Cambia is a small egalitarian community comprised of nomads and a small central family. They build everything on their property themselves, live in harmony with the natural world around them, and work as hard as they play. I have never known such immediate, unpretentious warmth and love. We lived together, worked together, and played together. I’ve probably never had so much fun, like, ever. Can’t wait to see them again.
Other blog posts about Cambia Community:
Architecture shapes culture, so a guiding principle of Cambia is, if we can make it beautiful, we do. Architecture is unique as an art form because it integrates function with form. This includes landscaping and outdoor play spaces.
Stepping stones are interesting because they have multiple functions; for example. they can protect clover, especially in the winter. The form also affects our local culture: when you walk on stepping stones, you are called to a child-like stance.
You can walk with your hands hanging down by your sides, and what tends to happen is that your arms raise up to maintain your balance. The stepping stones can draw you into being playful and childlike. As your hands go up, you are more likely to skip and as you start to skip, you are more likely to smile.
Cambia also boasts a trampoline. The trampoline draws kids from the surrounding communes. We recently replaced our broken one, in an assembly effort which was guided by a gaggle of giggly kids.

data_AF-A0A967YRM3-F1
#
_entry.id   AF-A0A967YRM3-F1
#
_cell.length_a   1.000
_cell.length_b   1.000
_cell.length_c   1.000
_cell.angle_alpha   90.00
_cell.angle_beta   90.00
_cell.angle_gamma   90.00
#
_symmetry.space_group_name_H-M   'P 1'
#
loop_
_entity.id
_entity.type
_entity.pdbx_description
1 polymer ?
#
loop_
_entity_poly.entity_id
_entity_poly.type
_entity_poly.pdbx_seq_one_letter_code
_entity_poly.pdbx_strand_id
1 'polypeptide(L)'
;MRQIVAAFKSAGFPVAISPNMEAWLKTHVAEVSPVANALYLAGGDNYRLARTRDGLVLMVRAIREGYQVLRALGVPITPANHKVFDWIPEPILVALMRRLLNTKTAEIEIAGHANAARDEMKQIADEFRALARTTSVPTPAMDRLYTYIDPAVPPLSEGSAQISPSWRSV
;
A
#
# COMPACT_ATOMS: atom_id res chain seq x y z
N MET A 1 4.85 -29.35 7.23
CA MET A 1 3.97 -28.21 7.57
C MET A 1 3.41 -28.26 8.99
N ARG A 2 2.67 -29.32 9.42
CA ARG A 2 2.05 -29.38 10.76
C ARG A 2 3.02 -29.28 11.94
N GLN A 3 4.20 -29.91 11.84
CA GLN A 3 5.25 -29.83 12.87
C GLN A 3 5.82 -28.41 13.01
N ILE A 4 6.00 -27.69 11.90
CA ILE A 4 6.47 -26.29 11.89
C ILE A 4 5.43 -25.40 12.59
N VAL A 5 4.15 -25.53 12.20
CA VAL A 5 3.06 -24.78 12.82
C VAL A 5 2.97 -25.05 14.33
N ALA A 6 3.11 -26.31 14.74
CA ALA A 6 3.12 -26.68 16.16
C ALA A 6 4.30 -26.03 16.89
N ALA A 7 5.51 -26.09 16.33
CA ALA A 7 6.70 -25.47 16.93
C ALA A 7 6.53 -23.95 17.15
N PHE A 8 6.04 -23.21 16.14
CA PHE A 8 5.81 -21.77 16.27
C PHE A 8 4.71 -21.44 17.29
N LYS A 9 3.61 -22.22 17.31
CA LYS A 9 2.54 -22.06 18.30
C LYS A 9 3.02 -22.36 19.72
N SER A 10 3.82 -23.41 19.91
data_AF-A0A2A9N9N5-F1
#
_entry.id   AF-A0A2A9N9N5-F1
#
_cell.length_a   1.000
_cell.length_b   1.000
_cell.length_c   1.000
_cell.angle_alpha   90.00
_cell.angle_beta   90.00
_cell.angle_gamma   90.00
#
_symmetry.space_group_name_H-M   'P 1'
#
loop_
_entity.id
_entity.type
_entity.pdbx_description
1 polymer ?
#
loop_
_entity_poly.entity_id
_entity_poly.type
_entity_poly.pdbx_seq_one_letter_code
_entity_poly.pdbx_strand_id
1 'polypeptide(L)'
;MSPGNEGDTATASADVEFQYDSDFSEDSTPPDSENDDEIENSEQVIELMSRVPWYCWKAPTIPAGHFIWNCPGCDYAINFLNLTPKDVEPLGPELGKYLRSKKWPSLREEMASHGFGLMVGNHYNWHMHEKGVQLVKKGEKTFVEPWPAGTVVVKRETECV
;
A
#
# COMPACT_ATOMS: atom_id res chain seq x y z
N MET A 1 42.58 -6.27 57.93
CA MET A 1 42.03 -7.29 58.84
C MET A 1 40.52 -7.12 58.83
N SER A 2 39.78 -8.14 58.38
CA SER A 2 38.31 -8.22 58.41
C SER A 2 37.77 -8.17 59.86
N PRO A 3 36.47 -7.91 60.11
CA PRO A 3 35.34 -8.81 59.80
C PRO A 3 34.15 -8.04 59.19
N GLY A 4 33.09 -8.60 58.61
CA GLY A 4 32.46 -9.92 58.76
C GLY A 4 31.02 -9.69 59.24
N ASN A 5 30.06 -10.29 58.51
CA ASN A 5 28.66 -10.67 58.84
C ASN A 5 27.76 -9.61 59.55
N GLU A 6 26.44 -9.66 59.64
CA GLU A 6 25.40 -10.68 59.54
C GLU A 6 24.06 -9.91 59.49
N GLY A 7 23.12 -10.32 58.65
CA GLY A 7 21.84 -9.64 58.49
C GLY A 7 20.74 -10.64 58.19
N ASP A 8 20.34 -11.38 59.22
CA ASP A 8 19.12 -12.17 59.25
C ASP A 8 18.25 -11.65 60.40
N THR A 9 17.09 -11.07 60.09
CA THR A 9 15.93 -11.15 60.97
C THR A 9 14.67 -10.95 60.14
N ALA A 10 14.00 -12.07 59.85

The German modern architect Mies van der Rohe is famous for two sayings, both of which are applicable. “Less is more” is the argument for minimalist architecture to achieve simplicity, using white elements, cold lighting, large space with minimum objects and furniture.
The second aphorism is “God is in the details“, expressing the idea that whatever one does should be done thoroughly because details are important.
Cambia is a handcrafted commune, in sharp contrast to the grandmother commune, Twin Oaks, just down the road. Twin Oaks is a large place which includes industrial spaces, warehouses, tofu production facilities, rope machines, gang drills, and sawmills. All the spaces are closer and on a more human scale at Cambia. Some of the art is tiny and temporary.
Handcrafted means focusing on details: doorknobs from twisted branches, floors of pebbles and clay, tiny signposts, salvaged redwood around the hot tub and hyacinth pool. It is these and dozens of other tiny aspects that makes this stepping stone commune so precious.
Other Blog Posts about Cambia: